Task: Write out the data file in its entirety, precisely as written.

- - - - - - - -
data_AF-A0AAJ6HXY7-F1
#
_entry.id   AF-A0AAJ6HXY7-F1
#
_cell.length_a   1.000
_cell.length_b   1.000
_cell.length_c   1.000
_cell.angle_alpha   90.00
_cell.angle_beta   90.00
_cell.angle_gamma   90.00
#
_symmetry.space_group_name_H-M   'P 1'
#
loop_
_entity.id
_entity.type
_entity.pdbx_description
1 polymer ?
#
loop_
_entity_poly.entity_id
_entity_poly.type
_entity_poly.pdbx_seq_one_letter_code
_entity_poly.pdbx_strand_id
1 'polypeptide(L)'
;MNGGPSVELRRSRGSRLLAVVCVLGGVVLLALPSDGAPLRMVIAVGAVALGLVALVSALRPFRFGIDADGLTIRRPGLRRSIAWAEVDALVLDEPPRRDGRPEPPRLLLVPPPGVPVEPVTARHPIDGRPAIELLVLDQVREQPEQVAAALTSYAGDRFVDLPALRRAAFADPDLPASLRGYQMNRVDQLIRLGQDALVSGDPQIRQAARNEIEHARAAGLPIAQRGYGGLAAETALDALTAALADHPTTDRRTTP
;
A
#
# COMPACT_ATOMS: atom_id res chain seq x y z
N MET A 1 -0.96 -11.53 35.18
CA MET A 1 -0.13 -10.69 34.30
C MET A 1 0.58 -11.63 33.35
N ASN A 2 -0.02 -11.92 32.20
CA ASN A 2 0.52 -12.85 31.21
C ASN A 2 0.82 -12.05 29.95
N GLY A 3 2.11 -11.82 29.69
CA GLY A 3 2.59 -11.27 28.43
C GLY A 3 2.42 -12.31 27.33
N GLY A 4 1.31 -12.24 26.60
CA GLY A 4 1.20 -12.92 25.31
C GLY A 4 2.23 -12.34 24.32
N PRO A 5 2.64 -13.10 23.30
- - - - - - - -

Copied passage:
data_AF-A0AAJ6HXY7-F1
#
_entry.id   AF-A0AAJ6HXY7-F1
#
_cell.length_a   1.000
_cell.length_b   1.000
_cell.length_c   1.000
_cell.angle_alpha   90.00
_cell.angle_beta   90.00
_cell.angle_gamma   90.00
#
_symmetry.space_group_name_H-M   'P 1'
#
loop_
_entity.id
_entity.type
_entity.pdbx_description
1 polymer ?
#
loop_
_entity_poly.entity_id
_entity_poly.type
_entity_poly.pdbx_seq_one_letter_code
_entity_poly.pdbx_strand_id
1 'polypeptide(L)'
;MNGGPSVELRRSRGSRLLAVVCVLGGVVLLALPSDGAPLRMVIAVGAVALGLVALVSALRPFRFGIDADGLTIRRPGLRRSIAWAEVDALVLDEPPRRDGRPEPPRLLLVPPPGVPVEPVTARHPIDGRPAIELLVLDQVREQPEQVAAALTSYAGDRFVDLPALRRAAFADPDLPASLRGYQMNRVDQLIRLGQDALVSGDPQIRQAARNEIEHARAAGLPIAQRGYGGLAAETALDALTAALADHPTTDRRTTP
;
A
#
# COMPACT_ATOMS: atom_id res chain seq x y z
N MET A 1 -0.96 -11.53 35.18
CA MET A 1 -0.13 -10.69 34.30
C MET A 1 0.58 -11.63 33.35
N ASN A 2 -0.02 -11.92 32.20
CA ASN A 2 0.52 -12.85 31.21
C ASN A 2 0.82 -12.05 29.95
N GLY A 3 2.11 -11.82 29.69
CA GLY A 3 2.59 -11.27 28.43
C GLY A 3 2.42 -12.31 27.33
N GLY A 4 1.31 -12.24 26.60
CA GLY A 4 1.20 -12.92 25.31
C GLY A 4 2.23 -12.34 24.32
N PRO A 5 2.64 -13.10 23.30